You can decide and define what your response will be. You can drive the conversation rather than be led by others. You can redirect their inquisitiveness and use it as an opportunity. Rather than feeling that their questions are intrusive and demanding, hear the questions as thoughtful curiosity into a world that most do not know about. Use this opening as an opportunity to talk about your son and his gift of donation as a miracle for many others.


Use this opportunity to educate and share about 1) your son and his values; 2) organ and tissue donation; and 3) the feelings of grief and the process of bereavement. It will be empowering to perceive their questions as their way of learning how to cope with death, and how you have found meaning after such a devastating loss. They may be both curious and afraid, knowing that they too will face the loss of loved one. You have experience that can help them to learn life skills and compassion.


Your thoughtful response can clear up myths and misconceptions about organ donation and grief. You can encourage open conversation about what it is like to find meaning and hope through the opportunity of organ donation. You can tell them what is true and helpful for you as you grieve. You can be that guiding "north star" because of your experience that prompts others to think about their choices and values, and spurs them to take action.


Your pure altruism, to give without expectation of anything in return (including acknowledgement or a letter from the recipients) may be that tipping point that creates a ripple effect so that many others' lives are touched, transformed, and healed because you have shown them how to give the greatest of gifts.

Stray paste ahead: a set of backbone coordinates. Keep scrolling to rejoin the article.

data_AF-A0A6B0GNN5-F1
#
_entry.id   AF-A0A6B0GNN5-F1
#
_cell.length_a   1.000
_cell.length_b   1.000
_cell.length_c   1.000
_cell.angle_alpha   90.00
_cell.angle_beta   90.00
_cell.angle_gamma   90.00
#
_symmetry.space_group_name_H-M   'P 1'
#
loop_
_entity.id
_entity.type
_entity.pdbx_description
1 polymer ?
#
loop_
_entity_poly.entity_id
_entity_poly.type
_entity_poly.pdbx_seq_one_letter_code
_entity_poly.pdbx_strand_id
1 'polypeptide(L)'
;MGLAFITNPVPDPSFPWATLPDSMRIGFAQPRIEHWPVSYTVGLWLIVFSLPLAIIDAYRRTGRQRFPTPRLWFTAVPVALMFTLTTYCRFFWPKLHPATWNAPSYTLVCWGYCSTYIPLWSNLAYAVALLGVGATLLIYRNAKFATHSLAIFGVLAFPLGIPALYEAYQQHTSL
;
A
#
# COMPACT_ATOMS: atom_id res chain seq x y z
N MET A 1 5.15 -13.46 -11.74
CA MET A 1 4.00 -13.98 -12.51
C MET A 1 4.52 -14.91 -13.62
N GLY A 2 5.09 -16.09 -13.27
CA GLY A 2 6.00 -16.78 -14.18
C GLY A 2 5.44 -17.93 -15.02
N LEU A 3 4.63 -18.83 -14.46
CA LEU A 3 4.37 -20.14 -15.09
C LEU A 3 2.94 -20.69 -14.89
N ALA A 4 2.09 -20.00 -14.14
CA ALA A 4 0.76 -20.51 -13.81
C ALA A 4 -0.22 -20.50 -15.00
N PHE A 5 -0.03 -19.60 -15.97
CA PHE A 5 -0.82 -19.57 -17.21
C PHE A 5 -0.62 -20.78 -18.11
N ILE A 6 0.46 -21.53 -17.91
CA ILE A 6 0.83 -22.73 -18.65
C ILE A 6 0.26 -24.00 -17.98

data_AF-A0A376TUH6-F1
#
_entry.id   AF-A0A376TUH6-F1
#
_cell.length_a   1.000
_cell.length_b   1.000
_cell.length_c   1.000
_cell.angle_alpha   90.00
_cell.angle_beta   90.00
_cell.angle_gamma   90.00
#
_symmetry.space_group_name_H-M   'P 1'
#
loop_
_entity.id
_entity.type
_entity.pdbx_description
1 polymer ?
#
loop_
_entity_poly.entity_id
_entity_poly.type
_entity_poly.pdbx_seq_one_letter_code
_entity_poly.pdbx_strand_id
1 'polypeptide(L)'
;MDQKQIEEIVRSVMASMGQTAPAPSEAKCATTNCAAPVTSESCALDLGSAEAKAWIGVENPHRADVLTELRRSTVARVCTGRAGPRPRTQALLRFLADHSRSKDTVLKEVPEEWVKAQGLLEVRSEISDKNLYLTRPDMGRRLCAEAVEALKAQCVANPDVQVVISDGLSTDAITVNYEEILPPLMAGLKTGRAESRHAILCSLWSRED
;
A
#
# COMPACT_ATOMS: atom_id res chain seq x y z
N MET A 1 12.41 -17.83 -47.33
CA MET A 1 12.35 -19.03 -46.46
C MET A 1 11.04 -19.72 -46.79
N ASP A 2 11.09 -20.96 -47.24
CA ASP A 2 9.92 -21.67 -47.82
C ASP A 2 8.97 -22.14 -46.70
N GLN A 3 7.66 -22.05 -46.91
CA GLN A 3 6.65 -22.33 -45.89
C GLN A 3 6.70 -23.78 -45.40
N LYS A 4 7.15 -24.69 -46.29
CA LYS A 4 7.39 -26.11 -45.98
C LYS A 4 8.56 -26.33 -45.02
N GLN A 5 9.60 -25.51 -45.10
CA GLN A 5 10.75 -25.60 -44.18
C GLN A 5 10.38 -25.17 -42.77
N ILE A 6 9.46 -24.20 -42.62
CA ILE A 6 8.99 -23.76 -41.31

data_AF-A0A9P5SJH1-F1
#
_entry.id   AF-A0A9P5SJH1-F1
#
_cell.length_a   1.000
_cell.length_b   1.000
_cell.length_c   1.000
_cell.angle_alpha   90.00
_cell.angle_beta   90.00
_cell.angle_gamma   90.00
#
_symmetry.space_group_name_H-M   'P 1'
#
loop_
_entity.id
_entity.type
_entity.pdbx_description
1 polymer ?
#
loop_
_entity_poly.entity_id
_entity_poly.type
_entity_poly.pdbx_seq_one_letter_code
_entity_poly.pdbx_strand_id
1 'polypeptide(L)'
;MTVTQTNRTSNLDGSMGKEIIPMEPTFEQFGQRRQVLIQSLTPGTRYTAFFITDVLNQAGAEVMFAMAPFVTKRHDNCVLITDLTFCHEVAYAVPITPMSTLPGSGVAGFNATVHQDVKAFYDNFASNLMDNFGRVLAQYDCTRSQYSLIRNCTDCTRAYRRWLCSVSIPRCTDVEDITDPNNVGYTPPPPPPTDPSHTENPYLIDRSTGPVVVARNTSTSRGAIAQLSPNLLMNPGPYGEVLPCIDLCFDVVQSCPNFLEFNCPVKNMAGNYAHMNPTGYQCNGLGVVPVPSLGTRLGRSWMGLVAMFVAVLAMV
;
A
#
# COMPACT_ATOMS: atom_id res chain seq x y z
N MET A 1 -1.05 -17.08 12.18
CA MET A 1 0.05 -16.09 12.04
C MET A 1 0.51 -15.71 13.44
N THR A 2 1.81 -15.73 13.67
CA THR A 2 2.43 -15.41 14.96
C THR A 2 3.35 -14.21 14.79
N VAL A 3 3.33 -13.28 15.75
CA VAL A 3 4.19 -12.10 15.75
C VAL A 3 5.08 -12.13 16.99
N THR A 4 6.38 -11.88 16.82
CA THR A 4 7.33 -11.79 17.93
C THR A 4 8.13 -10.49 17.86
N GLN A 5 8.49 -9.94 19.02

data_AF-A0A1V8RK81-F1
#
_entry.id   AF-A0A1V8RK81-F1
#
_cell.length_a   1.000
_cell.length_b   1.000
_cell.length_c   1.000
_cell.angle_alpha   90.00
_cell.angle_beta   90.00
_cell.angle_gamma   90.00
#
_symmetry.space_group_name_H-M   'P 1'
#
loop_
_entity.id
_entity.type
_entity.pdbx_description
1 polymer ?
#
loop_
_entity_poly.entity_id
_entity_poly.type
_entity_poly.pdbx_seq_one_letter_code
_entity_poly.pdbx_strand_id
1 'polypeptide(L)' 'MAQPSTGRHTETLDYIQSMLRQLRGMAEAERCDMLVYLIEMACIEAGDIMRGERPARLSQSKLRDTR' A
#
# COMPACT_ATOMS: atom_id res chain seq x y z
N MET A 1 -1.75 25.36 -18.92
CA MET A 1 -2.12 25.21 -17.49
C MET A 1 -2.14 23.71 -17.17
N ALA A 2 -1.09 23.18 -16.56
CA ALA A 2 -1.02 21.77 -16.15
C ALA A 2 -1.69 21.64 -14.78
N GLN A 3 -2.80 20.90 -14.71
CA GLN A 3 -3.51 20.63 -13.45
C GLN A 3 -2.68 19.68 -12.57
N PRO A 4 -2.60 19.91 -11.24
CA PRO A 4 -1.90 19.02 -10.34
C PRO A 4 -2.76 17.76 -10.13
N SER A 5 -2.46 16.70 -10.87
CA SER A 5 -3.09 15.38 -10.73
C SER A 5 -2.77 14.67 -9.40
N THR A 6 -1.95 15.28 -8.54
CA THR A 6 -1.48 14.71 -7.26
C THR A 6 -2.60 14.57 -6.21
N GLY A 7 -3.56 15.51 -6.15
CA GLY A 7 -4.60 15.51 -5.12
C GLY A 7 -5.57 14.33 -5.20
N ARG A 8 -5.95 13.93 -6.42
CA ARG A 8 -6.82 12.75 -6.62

We can help ourselves and feel better when we hear others from a perspective of compassion. When others' questions feel insensitive, intrusive or ignorant, remember that they cannot know what you do because they have not yet learned it experientially. They are trying to learn about and cope with one of life's most difficult lessons.


Sharing what is important to you means that you can keep on giving and making a difference in the quality of others' lives.


Thank you for the lives you've already changed,

Dr. Leary is a psychologist and certified grief therapist who consults with LifeNet Health. Her responses reflect her professional opinion to general questions. Individuals struggling with complicated grief are encouraged to seek the care of a professional. Please submit your questions to Robin Cowherd, LifeNet Health, 1864 Concert Drive, Virginia Beach, VA 23453, or visit Healing Tears at our website.

ComfortingComforting the Soul - Tissue donation is full-circle healing

   by Sarah L. DeckerMA, CIC-CSp.  



Karen Mason speaks about her struggle with breast cancer.

LifeNet Health recently held our annual In Celebration and Remembrance ceremonies to remember donors and honor their families.


Attendees had the opportunity to hear from speakers who received a life-enhancing gift of tissue. These recipients help us see the full circle of healing that can come from tissue donation.


Tissue donation provides lifesaving and life-enhancing transplants. From the replacement of heart valves in pediatric patients, to the reconstruction of bones after traumatic injuries, to breast reconstruction following mastectomies, there are hundreds of uses.


Karen Mason spoke candidly in Virginia Beach about her struggle with breast cancer. Her doctors performed a bilateral mastectomy and removed both breasts. After her surgery, this strong woman found she was very emotional about body image issues related to the mastectomy. Her self-esteem plummeted.


A donor's gift of skin tissue helped Karen recover physically and emotionally through reconstructive surgery. The tissue allowed her to look, in her words, "normal as a woman." She regained the confidence to travel, spend time with her family, and live her life to the fullest.